County attorney involvement. Assistant county attorneys from Polk and Linn described how they handle DHS referrals and serve as a check on DHS actions. County attorneys receive information on all rejected and accepted cases and final assessment reports. They do not hear anything after family assessments.The Polk County attorney reported that her office does not look at the rejected reports. Legislators expressed concern about this review not occurring, saying an important check on the system was missing. The Polk County attorney expressed concern over funding levels and insisted caseloads were increasing.
Juvenile Court Judge. Polk County judge Colin Witt described his court’s practices, which include providing a guardian ad litem and attorney for each child. He described the notice parents receive. There are provisions for a child to give testimony without the parents being present. Legislators asked about out-of-state placements with relatives that might make it harder for parents to connect. DHS usually prefers an Iowa foster provider, even if not a relative, to assist with reunification.
Sheriffs. Sheriffs from Marshall and Dickinson counties described their collaboration with DHS. One expressed his concern over DHS caseloads and the amount of travel involved.
At several points in the hearing, legislators and DHS expressed concerns that home schooling takes away an important safety net for children, schools, whose employees submit the most reports of suspected abuse of any group. Scott Woodruff, an attorney with the Home School Legal Defense Association, testified. He insisted that, despite the three cases (and a fourth to be reported on soon), there really was no pattern of abuse related to home schooling. He insisted home schooling was safe for children and that restrictions on it do not make children safer or better educated. He argued that the best way to protect children would be to have a more “muscular” approach to repeat abuse. Senator McCoy asked about his organization’s opposition to court laws prohibiting parents with recent abuse cases from home schooling and requiring annual medical check-ins. Woodruff insisted there was no need for these requirements. McCoy expressed his opposition to the 2013 Iowa law that removed almost all requirements for home schoolers.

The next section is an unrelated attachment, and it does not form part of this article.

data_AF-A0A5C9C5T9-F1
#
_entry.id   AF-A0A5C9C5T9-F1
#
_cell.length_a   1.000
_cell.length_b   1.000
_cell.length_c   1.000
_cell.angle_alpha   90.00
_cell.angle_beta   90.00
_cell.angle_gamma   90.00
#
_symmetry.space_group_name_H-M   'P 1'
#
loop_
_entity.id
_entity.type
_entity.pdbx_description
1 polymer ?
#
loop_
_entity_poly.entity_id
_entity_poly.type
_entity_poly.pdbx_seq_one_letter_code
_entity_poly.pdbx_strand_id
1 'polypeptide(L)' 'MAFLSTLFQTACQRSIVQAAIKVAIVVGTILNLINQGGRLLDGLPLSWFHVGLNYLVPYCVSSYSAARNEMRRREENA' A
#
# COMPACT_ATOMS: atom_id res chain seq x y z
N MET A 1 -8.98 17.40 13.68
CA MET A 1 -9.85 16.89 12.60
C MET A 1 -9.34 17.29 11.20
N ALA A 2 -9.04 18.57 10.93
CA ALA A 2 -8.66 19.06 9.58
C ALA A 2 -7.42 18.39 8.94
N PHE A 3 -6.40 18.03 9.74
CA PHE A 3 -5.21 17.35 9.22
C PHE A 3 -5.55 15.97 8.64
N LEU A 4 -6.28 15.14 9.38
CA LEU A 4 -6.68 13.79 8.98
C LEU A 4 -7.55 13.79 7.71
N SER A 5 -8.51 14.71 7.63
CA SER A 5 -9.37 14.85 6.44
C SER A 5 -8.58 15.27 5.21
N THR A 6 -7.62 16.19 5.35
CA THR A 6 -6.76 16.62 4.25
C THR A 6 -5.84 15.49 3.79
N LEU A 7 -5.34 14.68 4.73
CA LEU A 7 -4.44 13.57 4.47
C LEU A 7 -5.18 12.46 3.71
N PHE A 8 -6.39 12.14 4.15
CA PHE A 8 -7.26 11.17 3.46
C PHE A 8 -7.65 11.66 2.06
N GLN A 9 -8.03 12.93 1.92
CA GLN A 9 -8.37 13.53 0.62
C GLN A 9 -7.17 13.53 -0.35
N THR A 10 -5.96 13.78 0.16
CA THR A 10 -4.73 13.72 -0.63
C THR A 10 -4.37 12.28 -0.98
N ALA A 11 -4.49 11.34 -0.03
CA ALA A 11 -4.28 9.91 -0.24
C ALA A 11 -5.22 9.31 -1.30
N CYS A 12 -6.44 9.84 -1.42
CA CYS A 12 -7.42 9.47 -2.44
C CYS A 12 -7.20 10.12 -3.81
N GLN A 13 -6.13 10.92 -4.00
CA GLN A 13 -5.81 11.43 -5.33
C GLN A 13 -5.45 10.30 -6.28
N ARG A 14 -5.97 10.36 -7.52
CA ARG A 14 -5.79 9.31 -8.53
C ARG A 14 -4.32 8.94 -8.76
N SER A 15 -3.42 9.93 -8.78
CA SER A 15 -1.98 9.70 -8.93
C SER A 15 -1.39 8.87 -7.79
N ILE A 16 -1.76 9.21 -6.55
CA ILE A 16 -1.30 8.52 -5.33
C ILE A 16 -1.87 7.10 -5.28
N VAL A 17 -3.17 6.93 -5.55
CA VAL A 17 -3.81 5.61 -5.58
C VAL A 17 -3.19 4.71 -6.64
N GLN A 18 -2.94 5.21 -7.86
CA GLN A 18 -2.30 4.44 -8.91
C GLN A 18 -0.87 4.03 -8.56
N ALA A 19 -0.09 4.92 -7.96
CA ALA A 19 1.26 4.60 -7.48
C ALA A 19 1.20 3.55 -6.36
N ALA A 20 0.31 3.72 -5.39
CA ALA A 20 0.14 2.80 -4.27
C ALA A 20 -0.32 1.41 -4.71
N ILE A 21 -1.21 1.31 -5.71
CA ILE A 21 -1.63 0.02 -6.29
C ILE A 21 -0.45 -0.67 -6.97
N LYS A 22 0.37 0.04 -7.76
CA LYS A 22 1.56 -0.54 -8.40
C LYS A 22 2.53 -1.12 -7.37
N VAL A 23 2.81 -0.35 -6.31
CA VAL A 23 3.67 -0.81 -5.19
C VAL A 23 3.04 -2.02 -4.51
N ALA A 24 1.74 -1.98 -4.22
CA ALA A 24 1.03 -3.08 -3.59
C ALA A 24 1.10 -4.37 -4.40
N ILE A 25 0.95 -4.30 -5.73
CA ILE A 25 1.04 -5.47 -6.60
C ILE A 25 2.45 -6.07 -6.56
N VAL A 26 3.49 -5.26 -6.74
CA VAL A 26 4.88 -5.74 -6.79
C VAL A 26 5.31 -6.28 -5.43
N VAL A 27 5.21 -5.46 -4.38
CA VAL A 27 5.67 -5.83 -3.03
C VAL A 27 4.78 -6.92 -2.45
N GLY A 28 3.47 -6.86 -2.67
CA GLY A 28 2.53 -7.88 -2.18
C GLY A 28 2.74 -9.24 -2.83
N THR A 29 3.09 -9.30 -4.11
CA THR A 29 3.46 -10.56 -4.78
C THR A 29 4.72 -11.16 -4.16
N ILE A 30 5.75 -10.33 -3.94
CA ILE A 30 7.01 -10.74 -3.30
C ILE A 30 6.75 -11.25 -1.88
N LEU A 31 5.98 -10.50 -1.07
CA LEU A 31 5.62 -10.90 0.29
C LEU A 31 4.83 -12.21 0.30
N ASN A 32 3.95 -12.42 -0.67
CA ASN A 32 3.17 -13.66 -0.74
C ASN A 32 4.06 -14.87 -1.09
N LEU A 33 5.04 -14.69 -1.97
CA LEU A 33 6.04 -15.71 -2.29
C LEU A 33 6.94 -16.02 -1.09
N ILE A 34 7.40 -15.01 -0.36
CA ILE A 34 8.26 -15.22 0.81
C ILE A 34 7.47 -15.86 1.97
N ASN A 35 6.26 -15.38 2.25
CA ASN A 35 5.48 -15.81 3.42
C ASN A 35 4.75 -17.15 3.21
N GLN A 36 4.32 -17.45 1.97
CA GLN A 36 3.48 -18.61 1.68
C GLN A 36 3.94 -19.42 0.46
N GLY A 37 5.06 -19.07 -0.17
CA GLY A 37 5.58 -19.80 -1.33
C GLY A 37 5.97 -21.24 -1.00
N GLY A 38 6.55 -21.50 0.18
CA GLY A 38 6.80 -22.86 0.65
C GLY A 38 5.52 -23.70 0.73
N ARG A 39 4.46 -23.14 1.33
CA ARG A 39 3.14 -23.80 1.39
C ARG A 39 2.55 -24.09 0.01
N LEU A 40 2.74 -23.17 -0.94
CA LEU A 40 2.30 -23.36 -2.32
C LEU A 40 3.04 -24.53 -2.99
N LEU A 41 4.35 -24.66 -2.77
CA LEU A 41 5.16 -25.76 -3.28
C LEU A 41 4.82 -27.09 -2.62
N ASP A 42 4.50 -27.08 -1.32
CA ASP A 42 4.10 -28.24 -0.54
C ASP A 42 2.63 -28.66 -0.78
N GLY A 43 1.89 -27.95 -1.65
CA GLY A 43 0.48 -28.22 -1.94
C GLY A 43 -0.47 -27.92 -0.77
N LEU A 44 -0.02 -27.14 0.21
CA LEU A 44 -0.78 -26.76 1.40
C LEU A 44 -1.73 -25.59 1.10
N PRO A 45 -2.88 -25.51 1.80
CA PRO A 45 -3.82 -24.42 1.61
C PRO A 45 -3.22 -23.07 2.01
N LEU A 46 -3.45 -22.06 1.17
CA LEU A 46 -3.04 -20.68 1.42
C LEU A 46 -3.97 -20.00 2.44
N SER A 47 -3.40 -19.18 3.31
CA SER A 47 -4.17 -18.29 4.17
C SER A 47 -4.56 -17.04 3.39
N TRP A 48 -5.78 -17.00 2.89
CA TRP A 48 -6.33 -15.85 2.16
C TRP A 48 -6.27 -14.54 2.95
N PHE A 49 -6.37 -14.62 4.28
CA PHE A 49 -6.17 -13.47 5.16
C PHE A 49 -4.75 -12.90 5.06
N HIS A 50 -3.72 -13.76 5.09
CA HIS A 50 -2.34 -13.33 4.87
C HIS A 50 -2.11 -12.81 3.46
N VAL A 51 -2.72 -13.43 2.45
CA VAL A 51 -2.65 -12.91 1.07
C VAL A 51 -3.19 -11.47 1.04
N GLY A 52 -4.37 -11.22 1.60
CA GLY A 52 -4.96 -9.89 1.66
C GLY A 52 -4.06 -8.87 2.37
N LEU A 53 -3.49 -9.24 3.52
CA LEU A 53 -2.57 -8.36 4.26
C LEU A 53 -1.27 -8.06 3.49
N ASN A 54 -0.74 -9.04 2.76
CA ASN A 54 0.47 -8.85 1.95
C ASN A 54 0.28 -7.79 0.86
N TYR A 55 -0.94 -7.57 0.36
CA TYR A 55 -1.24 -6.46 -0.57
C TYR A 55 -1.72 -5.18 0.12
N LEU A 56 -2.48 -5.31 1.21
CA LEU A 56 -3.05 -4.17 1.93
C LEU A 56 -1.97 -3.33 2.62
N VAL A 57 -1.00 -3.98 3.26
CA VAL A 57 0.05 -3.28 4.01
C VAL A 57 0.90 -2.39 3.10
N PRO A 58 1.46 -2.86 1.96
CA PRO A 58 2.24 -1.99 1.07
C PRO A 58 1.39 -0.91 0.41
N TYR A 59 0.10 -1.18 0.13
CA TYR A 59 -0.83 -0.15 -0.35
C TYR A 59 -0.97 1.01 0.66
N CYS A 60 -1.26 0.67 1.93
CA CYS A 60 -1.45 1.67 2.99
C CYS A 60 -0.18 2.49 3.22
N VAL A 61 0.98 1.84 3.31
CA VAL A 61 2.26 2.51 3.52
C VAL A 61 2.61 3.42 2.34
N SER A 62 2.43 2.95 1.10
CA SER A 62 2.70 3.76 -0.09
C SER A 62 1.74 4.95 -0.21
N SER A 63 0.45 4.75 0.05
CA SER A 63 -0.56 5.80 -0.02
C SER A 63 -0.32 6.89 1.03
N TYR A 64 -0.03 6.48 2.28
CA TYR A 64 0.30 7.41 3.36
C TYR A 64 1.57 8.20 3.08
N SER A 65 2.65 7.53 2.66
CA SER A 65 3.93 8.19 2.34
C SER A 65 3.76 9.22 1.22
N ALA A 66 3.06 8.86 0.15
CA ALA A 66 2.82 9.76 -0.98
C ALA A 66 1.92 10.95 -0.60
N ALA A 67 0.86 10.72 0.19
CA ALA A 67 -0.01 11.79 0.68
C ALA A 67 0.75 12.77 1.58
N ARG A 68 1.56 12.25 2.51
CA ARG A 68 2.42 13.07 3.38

At the hearing’s conclusion, co-chair Rep. Kauffman said that he needed time to review documents and confer with committee members. As a result, he did not set a next meeting time. The other co-chair, Senator Breitbach, said that he has not been contacted by DHS or other sources and would like to hear from them. The consultation from the Child Welfare group will also be important over the next few months, as it may provide answers to a lot of the points of disagreement or uncertainty. Advocates on these issues will likely focus much of their efforts on engaging these experts. Despite their differences, legislators showed some openness to changes in these areas:
Requiring some ongoing contact or reporting from subsidized adoptive parents
Imposing minimal controls on homeschooling by parents where there has been a recent confirmed child abuse case; there seems less interest in requiring an annual medical check-up (which PA does)
Considering a stronger response (whatever that would be) in cases of repeat abuse or neglect
Looming above all these issues, of course, are the Iowa budget woes, which will make improving caseloads and practice more difficult.